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Opposing the hostile takeover of Liberty Apple Valley
APPLE VALLEY — The campaign committee behind Measure W, which garnered nearly 57 percent of the vote last November, has been hit with proposed fines by the Fair Political Practices Commission (FPPC) for violating election rules.
The H2Own — Our Water Now committee failed to “timely change its name to reflect support” for the measure that would have allowed the town to move forward on debt financing for acquisition of Liberty Utilities’ water system without a say from voters.
The Liberty-funded Measure V won out in November, thus requiring a vote of the people that came in the form of Measure F, which passed earlier this month and gave the town its ability to finance a purchase of Liberty’s system should eminent domain prove successful in court.
Additionally, H2Own failed to “timely report financial activity on two pre-election campaign statements,” according to FPPC documents released Monday.
H2Own, led by Principal Officer Rick Piercy and Treasurer Adolph Collaso, was fined and paid $5,500, FPPC spokesperson Jay Wierenga told the Daily Press.
The fines, which have been paid but will remain proposed until the Commission votes on the matter later this month, could have been as high as $10,000 — $5,000 for each violation — but Piercy told the Daily Press the committee worked with FPPC officials on a stipulated settlement, which he described as “like a plea bargain.”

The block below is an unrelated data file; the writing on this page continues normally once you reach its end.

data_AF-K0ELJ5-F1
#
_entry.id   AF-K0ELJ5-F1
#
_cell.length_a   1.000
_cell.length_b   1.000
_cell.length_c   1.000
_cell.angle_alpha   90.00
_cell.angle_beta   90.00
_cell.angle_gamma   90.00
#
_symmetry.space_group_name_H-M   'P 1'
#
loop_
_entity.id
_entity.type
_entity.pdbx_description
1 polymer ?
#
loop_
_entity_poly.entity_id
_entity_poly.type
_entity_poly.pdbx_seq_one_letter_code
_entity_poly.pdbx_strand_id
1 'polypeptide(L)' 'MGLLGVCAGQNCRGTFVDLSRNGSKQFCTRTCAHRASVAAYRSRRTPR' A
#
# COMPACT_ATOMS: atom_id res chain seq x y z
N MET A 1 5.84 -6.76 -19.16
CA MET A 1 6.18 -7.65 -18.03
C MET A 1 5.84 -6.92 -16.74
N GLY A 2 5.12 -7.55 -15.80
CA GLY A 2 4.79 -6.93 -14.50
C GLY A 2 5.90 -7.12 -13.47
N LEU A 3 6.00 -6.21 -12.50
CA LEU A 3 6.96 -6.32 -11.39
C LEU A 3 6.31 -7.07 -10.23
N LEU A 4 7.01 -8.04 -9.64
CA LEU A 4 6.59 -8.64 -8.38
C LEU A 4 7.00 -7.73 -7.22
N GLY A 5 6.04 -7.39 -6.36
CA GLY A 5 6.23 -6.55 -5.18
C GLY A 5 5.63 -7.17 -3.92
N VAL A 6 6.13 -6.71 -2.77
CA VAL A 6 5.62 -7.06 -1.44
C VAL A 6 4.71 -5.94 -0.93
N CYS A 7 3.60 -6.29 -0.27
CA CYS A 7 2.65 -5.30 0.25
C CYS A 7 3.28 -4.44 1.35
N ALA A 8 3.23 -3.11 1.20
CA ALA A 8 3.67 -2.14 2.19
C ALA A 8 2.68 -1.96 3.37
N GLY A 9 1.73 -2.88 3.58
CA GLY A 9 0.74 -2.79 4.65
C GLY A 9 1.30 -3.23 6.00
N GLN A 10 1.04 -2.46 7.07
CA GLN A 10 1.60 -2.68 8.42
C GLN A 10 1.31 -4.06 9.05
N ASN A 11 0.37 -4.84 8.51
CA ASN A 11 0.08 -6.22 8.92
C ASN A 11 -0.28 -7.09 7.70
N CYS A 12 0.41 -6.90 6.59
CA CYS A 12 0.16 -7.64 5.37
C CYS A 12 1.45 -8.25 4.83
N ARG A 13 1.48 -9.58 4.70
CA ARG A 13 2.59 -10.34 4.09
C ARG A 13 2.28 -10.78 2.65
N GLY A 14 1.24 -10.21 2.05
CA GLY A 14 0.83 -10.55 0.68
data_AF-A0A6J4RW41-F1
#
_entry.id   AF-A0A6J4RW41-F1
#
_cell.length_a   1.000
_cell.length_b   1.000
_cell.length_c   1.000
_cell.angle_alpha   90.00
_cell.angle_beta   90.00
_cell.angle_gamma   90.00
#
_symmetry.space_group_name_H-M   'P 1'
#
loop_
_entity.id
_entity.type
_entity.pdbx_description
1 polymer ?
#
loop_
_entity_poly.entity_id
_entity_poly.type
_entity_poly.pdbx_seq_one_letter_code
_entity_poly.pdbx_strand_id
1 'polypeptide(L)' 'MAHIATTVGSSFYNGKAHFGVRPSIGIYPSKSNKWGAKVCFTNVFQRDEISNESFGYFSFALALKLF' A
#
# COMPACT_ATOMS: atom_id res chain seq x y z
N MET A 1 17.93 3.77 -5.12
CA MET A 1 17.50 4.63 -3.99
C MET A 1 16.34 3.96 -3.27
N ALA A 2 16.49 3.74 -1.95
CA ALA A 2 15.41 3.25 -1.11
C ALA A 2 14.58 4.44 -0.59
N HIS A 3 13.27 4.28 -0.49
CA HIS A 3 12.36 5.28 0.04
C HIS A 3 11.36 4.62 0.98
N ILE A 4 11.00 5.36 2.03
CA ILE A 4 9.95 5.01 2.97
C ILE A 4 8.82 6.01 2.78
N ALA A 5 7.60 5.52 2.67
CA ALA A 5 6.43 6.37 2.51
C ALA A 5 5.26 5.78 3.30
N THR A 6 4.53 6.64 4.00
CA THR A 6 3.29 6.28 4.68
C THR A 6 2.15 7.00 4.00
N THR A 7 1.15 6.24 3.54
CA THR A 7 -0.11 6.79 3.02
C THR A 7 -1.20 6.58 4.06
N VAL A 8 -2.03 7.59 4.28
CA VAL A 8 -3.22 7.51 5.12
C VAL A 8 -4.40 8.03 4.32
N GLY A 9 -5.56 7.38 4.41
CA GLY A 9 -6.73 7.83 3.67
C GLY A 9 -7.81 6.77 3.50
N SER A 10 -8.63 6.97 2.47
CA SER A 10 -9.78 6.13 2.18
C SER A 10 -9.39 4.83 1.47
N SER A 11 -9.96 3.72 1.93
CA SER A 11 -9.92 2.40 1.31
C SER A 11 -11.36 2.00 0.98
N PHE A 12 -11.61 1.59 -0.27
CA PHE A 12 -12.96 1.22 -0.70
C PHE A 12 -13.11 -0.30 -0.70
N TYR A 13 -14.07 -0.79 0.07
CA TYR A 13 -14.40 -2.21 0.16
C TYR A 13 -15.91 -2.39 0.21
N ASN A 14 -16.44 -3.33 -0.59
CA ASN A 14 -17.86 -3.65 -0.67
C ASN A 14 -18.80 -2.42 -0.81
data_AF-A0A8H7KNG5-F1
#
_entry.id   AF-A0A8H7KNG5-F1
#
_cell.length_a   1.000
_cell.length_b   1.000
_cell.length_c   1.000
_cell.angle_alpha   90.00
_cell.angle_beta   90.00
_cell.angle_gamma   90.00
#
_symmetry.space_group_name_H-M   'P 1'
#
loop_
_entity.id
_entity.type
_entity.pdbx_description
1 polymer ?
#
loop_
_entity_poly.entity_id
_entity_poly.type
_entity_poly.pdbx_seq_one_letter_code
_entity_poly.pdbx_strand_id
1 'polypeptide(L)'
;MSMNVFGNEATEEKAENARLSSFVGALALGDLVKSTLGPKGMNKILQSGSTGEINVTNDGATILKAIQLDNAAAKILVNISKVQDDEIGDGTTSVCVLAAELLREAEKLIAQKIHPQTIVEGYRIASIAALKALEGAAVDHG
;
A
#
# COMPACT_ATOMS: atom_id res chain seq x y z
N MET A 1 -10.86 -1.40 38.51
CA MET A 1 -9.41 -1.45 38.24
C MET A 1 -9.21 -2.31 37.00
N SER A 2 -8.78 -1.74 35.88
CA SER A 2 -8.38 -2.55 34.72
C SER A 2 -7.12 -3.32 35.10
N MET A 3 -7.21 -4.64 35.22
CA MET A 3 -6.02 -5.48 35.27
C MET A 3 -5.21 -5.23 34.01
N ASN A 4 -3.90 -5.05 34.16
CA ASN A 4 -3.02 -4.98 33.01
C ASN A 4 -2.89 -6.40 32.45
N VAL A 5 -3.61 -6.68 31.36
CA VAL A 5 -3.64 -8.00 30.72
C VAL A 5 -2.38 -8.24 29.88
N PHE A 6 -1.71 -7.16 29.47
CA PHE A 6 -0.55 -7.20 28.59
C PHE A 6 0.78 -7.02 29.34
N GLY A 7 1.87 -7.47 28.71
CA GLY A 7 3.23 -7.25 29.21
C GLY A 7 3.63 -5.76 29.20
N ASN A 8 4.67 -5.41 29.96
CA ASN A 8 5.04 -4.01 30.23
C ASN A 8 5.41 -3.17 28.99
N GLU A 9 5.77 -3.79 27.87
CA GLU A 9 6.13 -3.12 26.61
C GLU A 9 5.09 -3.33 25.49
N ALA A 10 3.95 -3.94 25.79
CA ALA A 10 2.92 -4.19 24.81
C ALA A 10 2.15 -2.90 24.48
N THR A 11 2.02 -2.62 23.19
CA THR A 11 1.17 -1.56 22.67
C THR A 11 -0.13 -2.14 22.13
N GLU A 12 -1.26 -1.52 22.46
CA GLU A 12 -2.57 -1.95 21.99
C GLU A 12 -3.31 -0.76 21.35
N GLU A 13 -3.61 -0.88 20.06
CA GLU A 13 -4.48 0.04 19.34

“It’s different when you don’t have a group of lawyers and professionals working for you,” Piercy said. “There are a lot of rules to abide by. We learned a lot from it and that’s just how things are.”
FPPC documents show the committee filed its statement of organization in late May 2016, identifying itself as the committee in support of the “town water company purchase.” Two months later, the Council approved adding the measure to the November ballot as an alternative to Measure V.
Measure W became the official name in August, and the committee filed an amendment to its statement of organization in October, noting it had qualified as a committee, but it “did not change its name” at that time.
H2Own then paid for several advertisements in various forms in support of Measure W between Oct. 10 and Nov. 1, 2016; however, none of the ads included reference to the measure, documents show.
The committee also raised nearly $26,000 in campaign contributions — including $375 from a GoFundMe account — and made about $22,000 in expenditures; “None of these contributions were timely reported on the Committee’s campaign statements,” documents show.
The committee was contacted by the FPPC’s Enforcement Division and filed an amendment to its statement of organization reflecting support for Measure W in February, more than three months after the November election.
According to the FPPC, the violations were “mitigated somewhat by the smaller amount of advertising activity” and by the fact that Measure V’s Right to Vote on Debt committee outspent H2Own “by a ratio of 130 to 1,” thus allowing for lower penalties.
But FPPC officials said “the public was harmed” by the violations, pointing in particular to the committee’s failure to timely report its financial data. Officials added the “harm was aggravated by the fact that (H2Own’s) violations occurred before the election.”
Approximately $2,900 was paid for “out of pocket” by Piercy and Collaso, according to Piercy, who said the remaining amount was paid via campaign funds. He attributed the violations to a lack of experience on the part of “new people who were just volunteers” for H2Own.
“We found out that they really take that stuff seriously,” Piercy said. “You violate a rule and you have to pay the consequences. That’s just life.”
The Commission is expected to vote on approval of the fines during its June 29 meeting, according to Wierenga.
Source: Matthew Cabe, Daily Press